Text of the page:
A veterinary medicine student poses with cows in background.
More students from Manitoba and Saskatchewan can apply for the WCVM's veterinary program, thanks to increased funding from the two provinces. (Photo: Christina Weese)

Saskatchewan and Manitoba increase funding to educate veterinarians at USask

Saskatchewan and Manitoba are addressing Western Canada’s urgent need for more veterinarians by increasing their funding to educate more students in the Western College of Veterinary Medicine’s (WCVM) Doctor of Veterinary Medicine (DVM) program at the University of Saskatchewan (USask).

During a news event at the WCVM on Sept. 29, Saskatchewan’s Advanced Education Minister Gordon Wyant (KC) and Agriculture Minister David Marit announced that Saskatchewan will increase its annual quota from 20 to 25 seats for the 2023/24 academic year.

On the same morning, Manitoba’s Advanced Education, Skills and Immigration Minister Jon Reyes and Agriculture Minister Derek Johnson also announced plans to add five seats to Manitoba’s annual quota for a total of 20 seats (fall 2023 entry).

“Further expanding USask’s capacity to train veterinarians will contribute to the sustainability of the profession and allow us to further enhance our leadership role in the veterinary sciences and in One Health,” said Provost and Vice-President Academic Dr. Airini (PhD).

“The increase in provincial funding is so appreciated, and it will allow us to deliver essential veterinary medical education, advance interdisciplinary collaboration and research, and amplify our contributions to the health and wellness of western Canadian communities.”

The WCVM accepts 88 veterinary students to its DVM program each year. Through the veterinary college’s Interprovincial Agreement (IPA) with Saskatchewan, Manitoba and British Columbia, each province has an annual quota of seats in the DVM program based on a cost-sharing formula.

“We welcome this commitment from our provincial partners that will help to address Western Canada’s urgent need for more veterinarians,” said WCVM Dean Dr. Gillian Muir (DVM, PhD).

“The provinces’ support allows more students from Saskatchewan and Manitoba to achieve their dreams of a career in veterinary medicine. It’s also a sound investment in protecting the health and wellness of all animals—from companion animals and wildlife to livestock that play a critical role in Canada’s agriculture industry and the country’s economy.”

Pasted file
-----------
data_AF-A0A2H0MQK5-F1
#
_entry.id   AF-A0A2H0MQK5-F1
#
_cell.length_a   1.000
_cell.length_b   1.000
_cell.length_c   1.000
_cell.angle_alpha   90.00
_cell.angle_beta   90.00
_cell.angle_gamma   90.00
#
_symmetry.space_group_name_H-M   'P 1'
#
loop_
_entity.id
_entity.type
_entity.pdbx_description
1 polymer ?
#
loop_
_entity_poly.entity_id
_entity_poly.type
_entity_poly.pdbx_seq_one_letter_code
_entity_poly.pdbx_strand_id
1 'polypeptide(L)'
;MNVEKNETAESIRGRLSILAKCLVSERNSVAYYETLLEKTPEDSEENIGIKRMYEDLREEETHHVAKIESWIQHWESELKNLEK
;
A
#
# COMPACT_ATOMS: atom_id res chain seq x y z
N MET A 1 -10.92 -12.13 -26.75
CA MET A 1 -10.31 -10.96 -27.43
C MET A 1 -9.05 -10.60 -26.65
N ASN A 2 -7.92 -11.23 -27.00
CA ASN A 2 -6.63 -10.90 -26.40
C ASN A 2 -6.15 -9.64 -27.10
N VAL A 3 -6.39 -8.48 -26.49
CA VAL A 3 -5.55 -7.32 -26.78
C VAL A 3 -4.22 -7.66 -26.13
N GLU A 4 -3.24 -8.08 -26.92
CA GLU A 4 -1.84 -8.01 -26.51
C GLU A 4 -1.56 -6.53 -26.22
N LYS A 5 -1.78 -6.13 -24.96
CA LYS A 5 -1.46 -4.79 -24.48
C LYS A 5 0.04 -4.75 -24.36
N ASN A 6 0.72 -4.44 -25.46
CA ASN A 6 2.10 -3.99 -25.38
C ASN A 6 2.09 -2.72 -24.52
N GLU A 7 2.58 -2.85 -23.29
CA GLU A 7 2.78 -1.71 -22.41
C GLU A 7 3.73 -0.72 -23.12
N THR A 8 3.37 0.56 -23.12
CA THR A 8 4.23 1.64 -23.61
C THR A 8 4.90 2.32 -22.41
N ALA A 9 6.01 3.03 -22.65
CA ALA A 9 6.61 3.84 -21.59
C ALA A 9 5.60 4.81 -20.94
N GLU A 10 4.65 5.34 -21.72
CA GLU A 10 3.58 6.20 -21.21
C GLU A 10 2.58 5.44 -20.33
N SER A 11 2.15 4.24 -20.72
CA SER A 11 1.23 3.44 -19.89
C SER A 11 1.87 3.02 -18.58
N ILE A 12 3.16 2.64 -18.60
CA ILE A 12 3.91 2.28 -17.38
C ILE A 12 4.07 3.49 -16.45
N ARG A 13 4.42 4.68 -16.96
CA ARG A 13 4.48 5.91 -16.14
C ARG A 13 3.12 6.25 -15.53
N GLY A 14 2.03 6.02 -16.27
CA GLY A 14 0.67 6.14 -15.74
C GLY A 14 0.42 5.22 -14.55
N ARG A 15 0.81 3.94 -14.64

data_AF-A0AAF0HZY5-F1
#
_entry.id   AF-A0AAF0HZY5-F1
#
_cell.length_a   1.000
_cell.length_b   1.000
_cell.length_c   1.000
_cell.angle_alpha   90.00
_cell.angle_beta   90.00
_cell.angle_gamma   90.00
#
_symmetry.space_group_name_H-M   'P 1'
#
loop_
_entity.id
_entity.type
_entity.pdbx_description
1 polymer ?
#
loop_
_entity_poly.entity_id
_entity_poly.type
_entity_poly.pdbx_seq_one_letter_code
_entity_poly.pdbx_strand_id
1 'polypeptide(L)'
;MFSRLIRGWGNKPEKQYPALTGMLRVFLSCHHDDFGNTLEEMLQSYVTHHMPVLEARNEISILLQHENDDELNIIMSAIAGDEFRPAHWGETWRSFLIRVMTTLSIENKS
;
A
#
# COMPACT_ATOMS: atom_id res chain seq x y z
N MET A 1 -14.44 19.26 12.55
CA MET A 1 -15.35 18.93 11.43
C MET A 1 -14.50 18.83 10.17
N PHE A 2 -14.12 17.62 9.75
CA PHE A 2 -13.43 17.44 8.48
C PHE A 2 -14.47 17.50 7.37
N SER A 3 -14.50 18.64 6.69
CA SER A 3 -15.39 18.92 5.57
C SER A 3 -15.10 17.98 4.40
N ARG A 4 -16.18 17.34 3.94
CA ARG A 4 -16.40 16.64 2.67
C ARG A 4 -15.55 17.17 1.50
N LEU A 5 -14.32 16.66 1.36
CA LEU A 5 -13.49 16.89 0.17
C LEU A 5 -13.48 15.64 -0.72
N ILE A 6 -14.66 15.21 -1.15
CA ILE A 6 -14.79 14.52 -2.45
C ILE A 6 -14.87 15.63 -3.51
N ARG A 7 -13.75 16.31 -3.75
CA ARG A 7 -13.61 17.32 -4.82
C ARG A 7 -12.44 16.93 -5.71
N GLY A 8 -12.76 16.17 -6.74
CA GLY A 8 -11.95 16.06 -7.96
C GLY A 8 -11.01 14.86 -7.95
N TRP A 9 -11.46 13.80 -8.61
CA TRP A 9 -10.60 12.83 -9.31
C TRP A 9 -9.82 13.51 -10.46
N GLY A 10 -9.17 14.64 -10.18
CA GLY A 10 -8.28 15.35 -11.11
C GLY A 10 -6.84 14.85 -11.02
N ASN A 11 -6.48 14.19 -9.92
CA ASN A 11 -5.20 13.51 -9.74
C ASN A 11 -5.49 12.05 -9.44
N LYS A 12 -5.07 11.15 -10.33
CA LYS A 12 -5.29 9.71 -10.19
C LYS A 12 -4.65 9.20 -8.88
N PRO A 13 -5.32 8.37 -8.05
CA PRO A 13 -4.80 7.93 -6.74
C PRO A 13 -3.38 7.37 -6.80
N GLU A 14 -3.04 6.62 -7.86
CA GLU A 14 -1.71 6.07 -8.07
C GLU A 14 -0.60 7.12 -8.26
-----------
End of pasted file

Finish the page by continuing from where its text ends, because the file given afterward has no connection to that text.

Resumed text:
Several factors—including a rapid increase in pet ownership, a rise in veterinary professionals reaching retirement age, and a limited number of graduates each year—have led to a shortage of veterinarians and registered veterinary technologists (RVTs) across Canada.

In Saskatchewan and Manitoba, the shortage is especially apparent in rural communities where veterinary clinics provide essential services for livestock producers and the agriculture industry.  

“Today’s investment in additional student seats demonstrates our government’s commitment to addressing the shortage of veterinarians across the province,” said Marit. “This initiative, along with the expansion of the Saskatchewan Loan Forgiveness for Veterinarians and Veterinary Technologists, will ensure that ranchers have access to the veterinary experts they need to provide the highest level of care for their animals.”

“Animal health enables the success of our province’s agricultural industries, so investing in the training of more veterinarians, particularly those with large animal expertise, will ensure this valuable support is available when needed,” said Johnson.

During the WCVM event, several of the college’s veterinary students demonstrated their clinical skills in the BJ Hughes Centre for Clinical Learning—the college’s clinical simulation centre—for the Government of Saskatchewan representatives.

“I’m really excited for the future of veterinary medicine in Saskatchewan. I think this is a great opportunity for our province, especially with the shortage of veterinarians,” said Jackson Goudy, a second-year WCVM veterinary student from Stoughton, Sask., and president-elect of the Western Canadian Veterinary Students’ Association.

“Increasing the number of students who can attend vet school and enter the profession is the logical first step in addressing the veterinary shortage,” added Michelle Streeter, a fourth-year WCVM student who grew up in rural Manitoba.

“I am also hopeful that Manitoba’s decision to increase seats draws more students from the Prairies who are interested in working in rural mixed animal practice, since agriculture is such an integral part of so many local communities.”

Visit the Government of Saskatchewan and Government of Manitoba websites to read the provinces’ news releases.

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